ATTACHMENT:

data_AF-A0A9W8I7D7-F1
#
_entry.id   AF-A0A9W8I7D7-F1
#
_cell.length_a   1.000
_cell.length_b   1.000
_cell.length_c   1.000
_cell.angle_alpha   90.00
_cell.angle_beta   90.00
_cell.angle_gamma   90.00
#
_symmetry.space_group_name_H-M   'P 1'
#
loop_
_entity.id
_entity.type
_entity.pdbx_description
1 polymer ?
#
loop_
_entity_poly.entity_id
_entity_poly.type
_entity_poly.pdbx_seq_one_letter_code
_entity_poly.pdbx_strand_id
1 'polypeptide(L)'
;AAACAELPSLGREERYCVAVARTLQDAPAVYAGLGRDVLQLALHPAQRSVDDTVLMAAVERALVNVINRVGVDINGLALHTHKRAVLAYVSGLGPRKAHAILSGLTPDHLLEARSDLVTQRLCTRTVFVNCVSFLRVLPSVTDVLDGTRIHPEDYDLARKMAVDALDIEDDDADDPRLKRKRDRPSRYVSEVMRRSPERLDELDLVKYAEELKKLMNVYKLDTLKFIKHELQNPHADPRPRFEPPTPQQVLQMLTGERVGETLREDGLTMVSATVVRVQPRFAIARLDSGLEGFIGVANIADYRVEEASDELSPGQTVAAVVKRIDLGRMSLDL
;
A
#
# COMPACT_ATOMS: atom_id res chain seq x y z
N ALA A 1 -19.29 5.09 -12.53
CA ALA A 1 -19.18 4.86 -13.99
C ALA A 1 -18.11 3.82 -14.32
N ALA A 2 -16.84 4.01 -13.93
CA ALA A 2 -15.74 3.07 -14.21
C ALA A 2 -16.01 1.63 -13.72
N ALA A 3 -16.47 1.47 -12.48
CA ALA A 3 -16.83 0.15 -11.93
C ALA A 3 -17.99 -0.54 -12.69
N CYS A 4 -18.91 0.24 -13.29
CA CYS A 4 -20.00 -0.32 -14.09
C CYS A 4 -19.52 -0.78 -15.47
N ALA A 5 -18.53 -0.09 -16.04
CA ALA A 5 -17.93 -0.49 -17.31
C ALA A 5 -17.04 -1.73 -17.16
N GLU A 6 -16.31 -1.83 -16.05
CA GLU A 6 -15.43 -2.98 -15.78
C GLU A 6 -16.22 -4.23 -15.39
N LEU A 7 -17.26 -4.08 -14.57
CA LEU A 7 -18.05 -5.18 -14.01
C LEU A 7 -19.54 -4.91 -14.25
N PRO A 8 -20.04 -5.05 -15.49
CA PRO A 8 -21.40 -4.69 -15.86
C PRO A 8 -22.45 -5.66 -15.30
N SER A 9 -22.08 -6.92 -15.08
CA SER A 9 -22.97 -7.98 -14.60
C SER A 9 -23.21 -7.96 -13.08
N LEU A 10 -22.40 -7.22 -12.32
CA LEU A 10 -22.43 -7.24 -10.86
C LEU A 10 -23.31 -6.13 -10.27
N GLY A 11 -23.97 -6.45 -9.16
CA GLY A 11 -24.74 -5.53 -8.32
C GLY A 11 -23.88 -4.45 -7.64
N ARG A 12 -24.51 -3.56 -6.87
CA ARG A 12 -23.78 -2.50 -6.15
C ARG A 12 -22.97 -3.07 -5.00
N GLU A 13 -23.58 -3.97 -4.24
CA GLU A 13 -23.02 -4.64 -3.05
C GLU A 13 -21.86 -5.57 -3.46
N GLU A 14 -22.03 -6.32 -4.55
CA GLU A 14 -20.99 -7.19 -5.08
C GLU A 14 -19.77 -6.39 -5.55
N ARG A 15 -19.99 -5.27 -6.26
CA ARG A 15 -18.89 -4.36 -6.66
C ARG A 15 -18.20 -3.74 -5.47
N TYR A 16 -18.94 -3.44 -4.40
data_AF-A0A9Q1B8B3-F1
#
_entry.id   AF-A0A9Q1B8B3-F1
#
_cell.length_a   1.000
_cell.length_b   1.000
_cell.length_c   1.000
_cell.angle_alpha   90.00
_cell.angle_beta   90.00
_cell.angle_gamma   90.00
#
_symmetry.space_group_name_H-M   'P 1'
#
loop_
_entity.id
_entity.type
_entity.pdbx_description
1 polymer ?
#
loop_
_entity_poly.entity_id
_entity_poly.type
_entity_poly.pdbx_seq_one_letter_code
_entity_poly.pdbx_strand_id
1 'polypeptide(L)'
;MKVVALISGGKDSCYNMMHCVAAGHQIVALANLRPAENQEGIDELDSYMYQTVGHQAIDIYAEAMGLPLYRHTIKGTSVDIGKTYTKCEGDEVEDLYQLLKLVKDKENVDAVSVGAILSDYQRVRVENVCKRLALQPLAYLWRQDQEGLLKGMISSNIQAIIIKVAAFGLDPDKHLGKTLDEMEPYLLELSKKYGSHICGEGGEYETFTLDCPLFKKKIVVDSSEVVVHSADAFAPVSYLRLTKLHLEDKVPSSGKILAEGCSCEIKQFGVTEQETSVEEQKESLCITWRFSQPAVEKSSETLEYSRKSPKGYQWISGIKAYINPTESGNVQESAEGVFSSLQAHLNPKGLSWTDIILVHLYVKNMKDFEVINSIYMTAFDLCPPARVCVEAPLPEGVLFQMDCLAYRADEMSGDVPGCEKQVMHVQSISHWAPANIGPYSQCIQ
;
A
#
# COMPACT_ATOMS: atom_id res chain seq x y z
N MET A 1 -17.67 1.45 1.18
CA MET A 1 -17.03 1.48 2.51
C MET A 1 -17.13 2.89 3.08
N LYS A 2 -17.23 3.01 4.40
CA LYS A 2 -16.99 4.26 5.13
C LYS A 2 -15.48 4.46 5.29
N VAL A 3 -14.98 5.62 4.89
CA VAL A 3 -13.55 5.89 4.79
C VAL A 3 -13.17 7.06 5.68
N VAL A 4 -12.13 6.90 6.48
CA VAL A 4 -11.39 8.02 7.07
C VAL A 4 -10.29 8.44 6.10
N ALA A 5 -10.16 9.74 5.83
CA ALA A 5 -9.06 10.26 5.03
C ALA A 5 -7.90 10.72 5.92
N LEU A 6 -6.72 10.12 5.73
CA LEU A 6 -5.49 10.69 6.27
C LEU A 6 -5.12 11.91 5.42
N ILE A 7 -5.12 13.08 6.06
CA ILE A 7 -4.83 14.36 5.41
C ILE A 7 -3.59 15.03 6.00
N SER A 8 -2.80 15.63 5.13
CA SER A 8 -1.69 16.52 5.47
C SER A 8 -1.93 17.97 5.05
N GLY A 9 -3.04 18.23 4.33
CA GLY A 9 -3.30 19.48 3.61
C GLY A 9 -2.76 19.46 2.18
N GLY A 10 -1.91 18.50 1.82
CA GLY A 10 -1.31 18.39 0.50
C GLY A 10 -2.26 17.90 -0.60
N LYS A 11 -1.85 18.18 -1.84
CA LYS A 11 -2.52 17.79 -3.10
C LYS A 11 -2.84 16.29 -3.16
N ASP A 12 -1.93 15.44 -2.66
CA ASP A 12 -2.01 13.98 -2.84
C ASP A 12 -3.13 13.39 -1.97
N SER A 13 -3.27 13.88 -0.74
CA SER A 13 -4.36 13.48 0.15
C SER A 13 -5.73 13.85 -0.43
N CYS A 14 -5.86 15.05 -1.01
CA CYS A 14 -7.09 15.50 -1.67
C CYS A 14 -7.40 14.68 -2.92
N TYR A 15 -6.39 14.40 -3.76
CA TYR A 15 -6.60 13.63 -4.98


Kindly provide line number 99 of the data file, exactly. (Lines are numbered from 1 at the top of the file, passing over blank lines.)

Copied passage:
_entity_poly.pdbx_seq_one_letter_code